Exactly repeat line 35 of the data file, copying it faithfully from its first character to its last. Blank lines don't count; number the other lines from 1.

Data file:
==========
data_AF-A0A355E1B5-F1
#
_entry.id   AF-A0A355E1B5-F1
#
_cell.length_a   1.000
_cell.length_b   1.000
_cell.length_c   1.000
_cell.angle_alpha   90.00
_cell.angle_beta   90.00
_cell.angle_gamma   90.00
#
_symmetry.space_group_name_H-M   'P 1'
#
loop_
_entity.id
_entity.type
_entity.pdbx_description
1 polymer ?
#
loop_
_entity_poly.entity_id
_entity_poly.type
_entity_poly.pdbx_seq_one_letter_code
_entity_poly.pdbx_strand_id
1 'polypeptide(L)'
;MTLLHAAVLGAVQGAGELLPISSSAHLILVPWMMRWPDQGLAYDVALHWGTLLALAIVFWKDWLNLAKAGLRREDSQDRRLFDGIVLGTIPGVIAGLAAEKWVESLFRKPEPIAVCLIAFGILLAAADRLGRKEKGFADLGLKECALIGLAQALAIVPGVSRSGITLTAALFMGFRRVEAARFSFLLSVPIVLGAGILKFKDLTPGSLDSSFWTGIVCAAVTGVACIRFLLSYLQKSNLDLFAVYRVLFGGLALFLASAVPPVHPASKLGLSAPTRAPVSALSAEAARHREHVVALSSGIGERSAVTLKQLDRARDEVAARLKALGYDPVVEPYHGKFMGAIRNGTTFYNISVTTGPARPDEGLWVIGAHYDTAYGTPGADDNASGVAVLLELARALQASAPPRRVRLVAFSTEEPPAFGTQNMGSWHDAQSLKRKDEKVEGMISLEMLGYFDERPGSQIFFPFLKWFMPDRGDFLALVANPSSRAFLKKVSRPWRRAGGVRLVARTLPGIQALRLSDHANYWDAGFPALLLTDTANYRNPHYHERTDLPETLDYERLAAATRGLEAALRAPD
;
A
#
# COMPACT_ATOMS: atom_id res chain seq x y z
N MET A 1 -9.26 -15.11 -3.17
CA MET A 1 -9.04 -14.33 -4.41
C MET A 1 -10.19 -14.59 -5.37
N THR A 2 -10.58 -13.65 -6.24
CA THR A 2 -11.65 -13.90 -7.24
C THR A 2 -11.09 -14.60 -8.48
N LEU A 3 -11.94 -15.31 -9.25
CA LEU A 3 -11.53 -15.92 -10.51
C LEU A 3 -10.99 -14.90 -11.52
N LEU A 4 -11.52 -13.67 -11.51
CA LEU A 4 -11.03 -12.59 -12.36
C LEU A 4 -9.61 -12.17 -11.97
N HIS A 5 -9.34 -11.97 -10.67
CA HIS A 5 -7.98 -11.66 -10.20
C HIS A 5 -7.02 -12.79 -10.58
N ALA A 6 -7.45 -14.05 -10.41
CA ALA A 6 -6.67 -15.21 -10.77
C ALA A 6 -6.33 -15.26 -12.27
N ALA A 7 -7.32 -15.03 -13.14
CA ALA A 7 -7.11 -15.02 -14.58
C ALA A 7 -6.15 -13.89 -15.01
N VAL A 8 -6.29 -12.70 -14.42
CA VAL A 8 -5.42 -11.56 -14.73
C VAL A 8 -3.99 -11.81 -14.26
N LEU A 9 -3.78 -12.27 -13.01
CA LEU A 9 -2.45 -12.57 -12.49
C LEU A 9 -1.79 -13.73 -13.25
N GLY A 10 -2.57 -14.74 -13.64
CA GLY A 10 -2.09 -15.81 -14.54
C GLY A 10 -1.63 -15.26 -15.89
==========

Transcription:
CA THR A 2 -11.65 -13.90 -7.24